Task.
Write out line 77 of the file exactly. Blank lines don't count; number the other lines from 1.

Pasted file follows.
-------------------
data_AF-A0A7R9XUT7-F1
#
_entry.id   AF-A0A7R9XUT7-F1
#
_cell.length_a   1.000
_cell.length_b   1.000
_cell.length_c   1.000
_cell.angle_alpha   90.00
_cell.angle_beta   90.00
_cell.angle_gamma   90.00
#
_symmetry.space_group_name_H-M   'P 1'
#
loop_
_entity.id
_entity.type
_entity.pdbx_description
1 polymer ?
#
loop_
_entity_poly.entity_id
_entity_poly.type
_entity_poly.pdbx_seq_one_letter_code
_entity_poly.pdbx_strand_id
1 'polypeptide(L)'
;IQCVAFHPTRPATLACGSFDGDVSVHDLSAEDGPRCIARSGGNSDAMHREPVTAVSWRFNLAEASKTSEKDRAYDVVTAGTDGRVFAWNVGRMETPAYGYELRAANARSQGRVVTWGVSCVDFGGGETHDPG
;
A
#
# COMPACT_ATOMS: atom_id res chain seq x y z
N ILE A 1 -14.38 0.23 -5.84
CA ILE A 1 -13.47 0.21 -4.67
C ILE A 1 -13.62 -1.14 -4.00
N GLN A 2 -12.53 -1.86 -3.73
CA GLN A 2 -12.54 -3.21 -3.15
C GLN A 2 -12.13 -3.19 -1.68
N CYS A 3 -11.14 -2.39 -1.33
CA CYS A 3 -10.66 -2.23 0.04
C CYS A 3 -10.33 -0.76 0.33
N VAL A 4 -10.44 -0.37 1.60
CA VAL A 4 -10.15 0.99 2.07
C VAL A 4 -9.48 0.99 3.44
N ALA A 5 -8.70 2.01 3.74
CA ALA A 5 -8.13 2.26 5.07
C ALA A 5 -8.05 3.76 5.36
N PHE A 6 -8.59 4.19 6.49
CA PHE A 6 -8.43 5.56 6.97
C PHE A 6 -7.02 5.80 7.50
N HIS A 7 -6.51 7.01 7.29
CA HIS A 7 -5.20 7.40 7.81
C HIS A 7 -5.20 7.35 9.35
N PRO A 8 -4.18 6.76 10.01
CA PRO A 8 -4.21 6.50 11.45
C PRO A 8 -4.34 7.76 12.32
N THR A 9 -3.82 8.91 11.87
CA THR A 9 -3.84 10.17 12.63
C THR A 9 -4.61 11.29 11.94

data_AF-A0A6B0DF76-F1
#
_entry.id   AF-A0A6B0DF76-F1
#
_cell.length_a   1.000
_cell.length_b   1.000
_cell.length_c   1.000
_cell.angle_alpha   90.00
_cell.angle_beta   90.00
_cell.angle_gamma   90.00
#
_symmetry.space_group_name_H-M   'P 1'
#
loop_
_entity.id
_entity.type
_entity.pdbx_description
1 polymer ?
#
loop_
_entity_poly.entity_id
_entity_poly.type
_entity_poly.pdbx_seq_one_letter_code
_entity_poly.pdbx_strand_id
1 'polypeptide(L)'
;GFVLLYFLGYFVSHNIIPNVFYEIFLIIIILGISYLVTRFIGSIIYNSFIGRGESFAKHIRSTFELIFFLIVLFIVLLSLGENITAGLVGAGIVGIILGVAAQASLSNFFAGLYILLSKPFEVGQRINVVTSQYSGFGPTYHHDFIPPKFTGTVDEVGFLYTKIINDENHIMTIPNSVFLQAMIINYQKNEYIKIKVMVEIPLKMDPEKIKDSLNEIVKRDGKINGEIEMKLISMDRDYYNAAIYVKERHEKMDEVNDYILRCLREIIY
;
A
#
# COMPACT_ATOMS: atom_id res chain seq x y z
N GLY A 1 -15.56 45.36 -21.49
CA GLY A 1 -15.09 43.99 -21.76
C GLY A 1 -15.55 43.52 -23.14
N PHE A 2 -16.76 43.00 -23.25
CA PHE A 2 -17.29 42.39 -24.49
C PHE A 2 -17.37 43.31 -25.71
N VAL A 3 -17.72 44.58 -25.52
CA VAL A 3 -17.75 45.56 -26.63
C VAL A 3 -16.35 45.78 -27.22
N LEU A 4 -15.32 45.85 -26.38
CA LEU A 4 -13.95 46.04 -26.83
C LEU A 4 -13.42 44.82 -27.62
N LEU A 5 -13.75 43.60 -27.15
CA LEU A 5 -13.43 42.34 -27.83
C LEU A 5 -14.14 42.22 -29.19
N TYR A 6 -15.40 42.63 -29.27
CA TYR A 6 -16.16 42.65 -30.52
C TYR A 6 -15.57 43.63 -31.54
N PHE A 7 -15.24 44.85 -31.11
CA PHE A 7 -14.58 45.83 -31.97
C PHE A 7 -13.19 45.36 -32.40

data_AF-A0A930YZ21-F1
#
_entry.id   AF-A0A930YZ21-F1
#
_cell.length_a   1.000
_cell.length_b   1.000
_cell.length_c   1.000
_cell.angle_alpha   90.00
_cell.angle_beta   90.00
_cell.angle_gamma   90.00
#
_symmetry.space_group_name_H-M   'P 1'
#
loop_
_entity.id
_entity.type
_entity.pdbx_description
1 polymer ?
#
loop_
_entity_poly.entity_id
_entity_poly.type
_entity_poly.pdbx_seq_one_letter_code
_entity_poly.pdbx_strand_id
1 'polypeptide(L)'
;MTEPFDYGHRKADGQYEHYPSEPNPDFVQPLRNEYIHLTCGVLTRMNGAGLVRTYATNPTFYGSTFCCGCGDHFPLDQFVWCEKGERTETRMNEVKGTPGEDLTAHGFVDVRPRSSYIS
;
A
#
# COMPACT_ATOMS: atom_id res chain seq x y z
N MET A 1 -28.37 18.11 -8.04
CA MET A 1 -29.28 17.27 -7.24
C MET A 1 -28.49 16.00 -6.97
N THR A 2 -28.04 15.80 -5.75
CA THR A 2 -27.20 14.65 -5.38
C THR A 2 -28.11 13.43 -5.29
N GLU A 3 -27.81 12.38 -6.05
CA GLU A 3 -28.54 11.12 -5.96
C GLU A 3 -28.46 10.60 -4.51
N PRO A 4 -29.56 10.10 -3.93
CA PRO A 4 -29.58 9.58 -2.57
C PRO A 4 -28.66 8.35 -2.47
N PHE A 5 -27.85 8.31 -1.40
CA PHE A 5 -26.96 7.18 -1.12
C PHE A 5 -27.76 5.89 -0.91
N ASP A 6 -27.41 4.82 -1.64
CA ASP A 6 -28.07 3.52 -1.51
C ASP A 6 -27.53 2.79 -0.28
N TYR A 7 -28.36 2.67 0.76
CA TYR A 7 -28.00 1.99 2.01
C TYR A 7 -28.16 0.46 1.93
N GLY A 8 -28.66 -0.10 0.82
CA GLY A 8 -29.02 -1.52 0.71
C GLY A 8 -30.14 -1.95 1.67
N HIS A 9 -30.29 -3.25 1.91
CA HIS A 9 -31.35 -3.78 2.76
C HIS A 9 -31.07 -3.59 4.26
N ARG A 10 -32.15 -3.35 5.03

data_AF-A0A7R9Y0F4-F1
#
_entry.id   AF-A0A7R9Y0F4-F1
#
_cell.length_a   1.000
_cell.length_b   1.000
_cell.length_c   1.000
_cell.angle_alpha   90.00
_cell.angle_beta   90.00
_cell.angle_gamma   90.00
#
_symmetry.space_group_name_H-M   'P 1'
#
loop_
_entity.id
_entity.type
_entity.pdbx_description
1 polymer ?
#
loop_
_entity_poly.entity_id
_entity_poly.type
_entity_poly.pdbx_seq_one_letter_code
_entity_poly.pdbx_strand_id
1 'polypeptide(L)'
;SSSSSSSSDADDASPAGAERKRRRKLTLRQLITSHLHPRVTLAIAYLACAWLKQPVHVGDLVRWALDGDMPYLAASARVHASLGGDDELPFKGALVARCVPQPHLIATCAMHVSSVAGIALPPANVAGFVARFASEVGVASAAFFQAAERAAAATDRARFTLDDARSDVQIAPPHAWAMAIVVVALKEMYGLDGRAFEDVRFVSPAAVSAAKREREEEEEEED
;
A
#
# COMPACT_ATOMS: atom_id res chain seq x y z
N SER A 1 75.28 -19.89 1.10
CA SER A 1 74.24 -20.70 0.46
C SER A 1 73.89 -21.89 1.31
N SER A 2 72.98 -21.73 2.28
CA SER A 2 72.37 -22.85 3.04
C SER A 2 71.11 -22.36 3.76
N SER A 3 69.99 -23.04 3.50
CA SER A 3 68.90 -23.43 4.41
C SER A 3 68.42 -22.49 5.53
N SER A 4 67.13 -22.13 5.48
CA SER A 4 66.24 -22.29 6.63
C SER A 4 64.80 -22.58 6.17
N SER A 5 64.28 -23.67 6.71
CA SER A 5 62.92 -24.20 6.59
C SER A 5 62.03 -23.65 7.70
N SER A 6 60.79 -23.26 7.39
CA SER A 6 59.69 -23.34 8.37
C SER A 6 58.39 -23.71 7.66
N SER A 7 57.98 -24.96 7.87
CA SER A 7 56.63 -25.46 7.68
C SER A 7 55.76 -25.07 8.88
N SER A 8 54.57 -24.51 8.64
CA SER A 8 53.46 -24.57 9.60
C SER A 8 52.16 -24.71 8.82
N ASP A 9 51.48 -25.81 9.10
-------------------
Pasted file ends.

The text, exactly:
loop_